|Publication number||US6043676 A|
|Application number||US 08/825,821|
|Publication date||Mar 28, 2000|
|Filing date||Mar 28, 1997|
|Priority date||Nov 4, 1994|
|Publication number||08825821, 825821, US 6043676 A, US 6043676A, US-A-6043676, US6043676 A, US6043676A|
|Inventors||David W. Mendel, Brent A. Fairbanks, Bruce B. Pedersen|
|Original Assignee||Altera Corporation|
|Export Citation||BiBTeX, EndNote, RefMan|
|Patent Citations (11), Referenced by (21), Classifications (4), Legal Events (5)|
|External Links: USPTO, USPTO Assignment, Espacenet|
This application is a continuation-in-part of Ser. No. 08/497,165, filed Jun. 30, 1995, now abandoned, and Ser. No. 08/508,277, now abandoned, filed Jul. 27, 1995, both of which are incorporated herein by reference for all purposes. Ser. No. 08/497,165 is a continuation-in-part of Ser. No. 08/334,879 filed Nov. 4, 1994, now abandoned.
The present invention relates generally to programmable logic devices (PLDs), and in particular to various circuit techniques to provide dedicated exclusive OR (XOR) function in complex PLDS.
Programmable logic devices are digital, user-configurable integrated circuits used to implement custom logic functions. For the purposes of this description, the term PLD encompasses all digital logic circuits configured by the end-user, including programmable logic arrays (PLAs), field programmable gate arrays (FPGAs), erasable and complex PLDs and the like. Such devices are sometimes referred to as, for example, PALs, FPLAs, EPLDs, EEPLDs, LCAs, CPLDs, and FPGAs. The basic building block of a PLD is the logic cell, sometimes referred to as a macrocell. Typically, a logic cell contains combinatorial logic as well as a programmable flipflop to implement sequential logic. One class of PLDs commonly employs a sum-of-products structure to implement logic functions. In such PLDS, the combinatorial logic in each logic cell includes a set of wide-input AND gates that generate the product terms or p-terms. The p-terms are then fed into the inputs of an OR gate to compute the sum. Since all combinatorial logic can be reduced to a sum-of-products expression, the AND-OR array can produce any Boolean function. Highly complex logic functions can be implemented by combining or cascading large numbers of such logic cells.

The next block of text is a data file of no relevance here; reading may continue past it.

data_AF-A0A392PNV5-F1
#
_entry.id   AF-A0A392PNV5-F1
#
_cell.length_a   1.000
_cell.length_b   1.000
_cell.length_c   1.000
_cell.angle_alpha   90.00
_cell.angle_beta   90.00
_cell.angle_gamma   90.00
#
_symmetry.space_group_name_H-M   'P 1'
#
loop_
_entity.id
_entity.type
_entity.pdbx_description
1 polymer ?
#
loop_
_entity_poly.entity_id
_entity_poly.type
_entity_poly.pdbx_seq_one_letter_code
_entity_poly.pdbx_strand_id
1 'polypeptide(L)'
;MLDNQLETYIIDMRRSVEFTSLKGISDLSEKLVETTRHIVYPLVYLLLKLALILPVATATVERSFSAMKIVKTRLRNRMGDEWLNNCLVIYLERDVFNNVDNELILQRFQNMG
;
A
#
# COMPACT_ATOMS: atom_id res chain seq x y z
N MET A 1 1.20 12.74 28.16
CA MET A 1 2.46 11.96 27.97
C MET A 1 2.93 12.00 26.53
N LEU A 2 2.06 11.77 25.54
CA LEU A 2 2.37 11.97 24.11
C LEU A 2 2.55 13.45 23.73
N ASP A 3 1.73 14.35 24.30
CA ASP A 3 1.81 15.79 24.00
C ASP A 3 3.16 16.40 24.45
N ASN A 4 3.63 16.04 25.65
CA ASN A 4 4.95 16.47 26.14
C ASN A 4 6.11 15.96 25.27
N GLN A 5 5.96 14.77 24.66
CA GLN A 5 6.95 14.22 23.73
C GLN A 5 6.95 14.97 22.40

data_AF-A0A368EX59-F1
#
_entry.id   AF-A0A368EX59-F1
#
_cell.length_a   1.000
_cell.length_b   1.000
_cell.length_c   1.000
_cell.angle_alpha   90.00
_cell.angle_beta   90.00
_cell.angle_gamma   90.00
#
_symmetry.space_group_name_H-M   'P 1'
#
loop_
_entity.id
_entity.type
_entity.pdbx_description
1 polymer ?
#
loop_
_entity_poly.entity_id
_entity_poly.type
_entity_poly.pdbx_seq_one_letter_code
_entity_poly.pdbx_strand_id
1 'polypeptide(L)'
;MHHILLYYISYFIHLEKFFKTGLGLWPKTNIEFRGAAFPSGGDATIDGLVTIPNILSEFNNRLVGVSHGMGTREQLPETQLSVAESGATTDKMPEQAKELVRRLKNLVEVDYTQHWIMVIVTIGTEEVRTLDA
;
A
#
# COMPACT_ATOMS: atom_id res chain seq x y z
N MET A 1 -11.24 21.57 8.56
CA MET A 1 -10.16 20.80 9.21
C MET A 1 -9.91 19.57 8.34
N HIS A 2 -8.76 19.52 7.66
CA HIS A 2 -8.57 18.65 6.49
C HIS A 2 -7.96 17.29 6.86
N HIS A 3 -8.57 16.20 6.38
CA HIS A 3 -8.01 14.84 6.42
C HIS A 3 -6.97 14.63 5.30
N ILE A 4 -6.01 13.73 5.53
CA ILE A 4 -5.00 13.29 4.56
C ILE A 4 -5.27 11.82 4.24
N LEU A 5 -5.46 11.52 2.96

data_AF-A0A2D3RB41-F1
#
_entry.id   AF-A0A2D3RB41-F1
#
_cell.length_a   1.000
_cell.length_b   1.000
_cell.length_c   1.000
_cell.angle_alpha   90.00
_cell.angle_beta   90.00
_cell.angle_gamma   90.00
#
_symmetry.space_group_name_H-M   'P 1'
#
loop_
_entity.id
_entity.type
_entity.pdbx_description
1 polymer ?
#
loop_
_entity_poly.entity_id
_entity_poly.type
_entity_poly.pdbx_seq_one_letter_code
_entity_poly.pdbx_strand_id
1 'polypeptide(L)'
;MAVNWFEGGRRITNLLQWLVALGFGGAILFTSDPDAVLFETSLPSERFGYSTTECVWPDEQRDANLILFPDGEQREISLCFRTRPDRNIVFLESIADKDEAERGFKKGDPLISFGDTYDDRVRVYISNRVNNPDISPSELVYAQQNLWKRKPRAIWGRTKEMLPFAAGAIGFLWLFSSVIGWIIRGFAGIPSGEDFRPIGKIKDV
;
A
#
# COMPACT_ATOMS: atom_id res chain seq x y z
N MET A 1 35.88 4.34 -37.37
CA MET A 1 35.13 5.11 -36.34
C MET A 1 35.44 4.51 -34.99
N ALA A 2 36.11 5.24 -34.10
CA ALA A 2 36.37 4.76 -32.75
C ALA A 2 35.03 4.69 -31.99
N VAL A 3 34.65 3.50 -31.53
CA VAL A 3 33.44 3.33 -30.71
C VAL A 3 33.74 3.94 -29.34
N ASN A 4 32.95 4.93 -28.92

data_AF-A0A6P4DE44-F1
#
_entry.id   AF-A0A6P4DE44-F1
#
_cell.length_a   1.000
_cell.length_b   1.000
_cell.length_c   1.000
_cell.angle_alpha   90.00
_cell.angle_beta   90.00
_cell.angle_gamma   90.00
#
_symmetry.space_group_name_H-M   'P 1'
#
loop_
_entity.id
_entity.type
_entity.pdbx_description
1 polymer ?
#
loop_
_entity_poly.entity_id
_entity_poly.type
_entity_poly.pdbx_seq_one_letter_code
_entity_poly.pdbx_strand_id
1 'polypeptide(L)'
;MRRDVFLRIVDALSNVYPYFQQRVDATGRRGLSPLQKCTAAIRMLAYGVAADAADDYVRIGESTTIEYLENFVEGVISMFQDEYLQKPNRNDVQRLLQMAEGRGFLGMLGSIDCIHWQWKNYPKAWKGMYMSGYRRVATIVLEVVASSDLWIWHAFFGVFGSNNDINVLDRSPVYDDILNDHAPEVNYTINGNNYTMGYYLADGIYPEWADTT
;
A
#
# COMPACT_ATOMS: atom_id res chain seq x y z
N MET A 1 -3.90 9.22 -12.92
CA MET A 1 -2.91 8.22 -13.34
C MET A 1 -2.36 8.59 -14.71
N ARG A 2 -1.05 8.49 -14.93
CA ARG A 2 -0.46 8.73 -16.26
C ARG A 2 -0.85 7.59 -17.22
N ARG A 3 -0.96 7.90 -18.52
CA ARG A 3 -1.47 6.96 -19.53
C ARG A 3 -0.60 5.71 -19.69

One logic function that a p-term based structure cannot implement very efficiently is a wide exclusive OR type circuit. It is to be understood that the terminology "exclusive OR type circuit" refers to both exclusive OR (XOR) and exclusive NOR (XNOR) gates. A typical logic function that requires a wide XOR or XNOR is a parity checker or parity generator. A parity bit is set or reset by the output of a wide XOR gate that receives multiple data bits at its inputs. In conventional p-term based PLDS, implementing such a parity generator requires a large number of p-terms and therefore quite a few logic cells. Using as an example the basic logic cell in Altera's MAX 7000 PLD, implementing an 8 bit XOR would require a total of 65 p-terms. A 65 p-term solution uses the already existing XOR gate in each logic cell and the parallel expander feature of the device. With 5 p-terms per logic cell, this XOR uses 13 logic cells to implement. A less logic intensive approach would use two logic cells each implementing a 4-bit XOR, with their outputs fed into a third logic cell to perform another level of XOR on the signals. This solution uses three logic cells, but is considerably slower since it requires two stages of logic. Thus, implementing wide XOR with conventional p-term based PLD logic cells is either costly in terms of amount of logic required or slow. In one embodiment the present invention provides an improved programmable logic device with a LAB-based wide AND gate for enhanced LAB functionality as well as associated methods of operation. There is therefore a need for p-term based PLDs with faster and more efficient wide XOR capability.
PLDs, while similar in some aspects of overall functionality, may be of very different types in terms of circuit architecture. One family of PLDs uses a sum-of-products (SOP) architecture whereby each output is the ORed sum of a number of ANDed product terms of the inputs. This family is represented by the Altera MAX® and CLASSIC™ 5000 EPLDs. Another family of PLDs uses look-up tables (LUTs) to perform logic functions. This family is represented by the Altera FLEX® EPLDs.